Wednesday, May 1, 2019
AG Barr's statement (here) accompanying his testimony this morning before the Senate Judiciary Committee states in part with regard to obstruction of justice:
"In Volume II of the report, the Special Counsel considered whether certain actions of the President could amount to obstruction of justice. The Special Counsel decided not to reach a conclusion, however, about whether the President committed an obstruction offense. Instead, the report recounts ten episodes and discusses potential legal theories for connecting the President’s actions to the elements of an obstruction offense. After carefully reviewing the facts and legal theories outlined in the report, and in consultation with the Office of Legal Counsel and other Department lawyers, the Deputy Attorney General and I concluded that, under the principles of federal prosecution, the evidence developed by the Special Counsel would not be sufficient to charge the President with an obstruction-of-justice offense."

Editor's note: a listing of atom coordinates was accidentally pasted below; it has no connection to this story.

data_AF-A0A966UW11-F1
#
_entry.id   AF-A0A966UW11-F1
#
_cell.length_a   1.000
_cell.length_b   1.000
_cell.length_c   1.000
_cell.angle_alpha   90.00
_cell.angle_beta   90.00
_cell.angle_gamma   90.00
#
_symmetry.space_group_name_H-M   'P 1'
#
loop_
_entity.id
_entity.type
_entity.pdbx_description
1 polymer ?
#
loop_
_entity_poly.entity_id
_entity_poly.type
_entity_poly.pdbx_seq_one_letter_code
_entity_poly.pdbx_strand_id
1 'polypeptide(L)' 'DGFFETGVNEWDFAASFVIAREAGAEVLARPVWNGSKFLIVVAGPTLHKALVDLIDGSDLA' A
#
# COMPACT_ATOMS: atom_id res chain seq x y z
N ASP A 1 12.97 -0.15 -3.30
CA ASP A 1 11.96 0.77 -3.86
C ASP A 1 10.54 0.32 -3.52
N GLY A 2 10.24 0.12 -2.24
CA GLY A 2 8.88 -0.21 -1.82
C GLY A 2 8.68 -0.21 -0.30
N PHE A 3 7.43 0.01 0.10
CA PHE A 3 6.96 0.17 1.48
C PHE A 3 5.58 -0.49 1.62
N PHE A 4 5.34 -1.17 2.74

In answering questions he said that usually you need an "underlying crime" and an "inherently malignant act" for obstruction of justice. Two questions:
- Were the ten items in the Mueller Report insufficient to meet the Barr standard?
- Will the DOJ be using this "new" standard in all obstruction of justice cases?
- Can defense counsel argue in obstruction of justice cases, insufficient evidence if it fails to meet the Barr standard?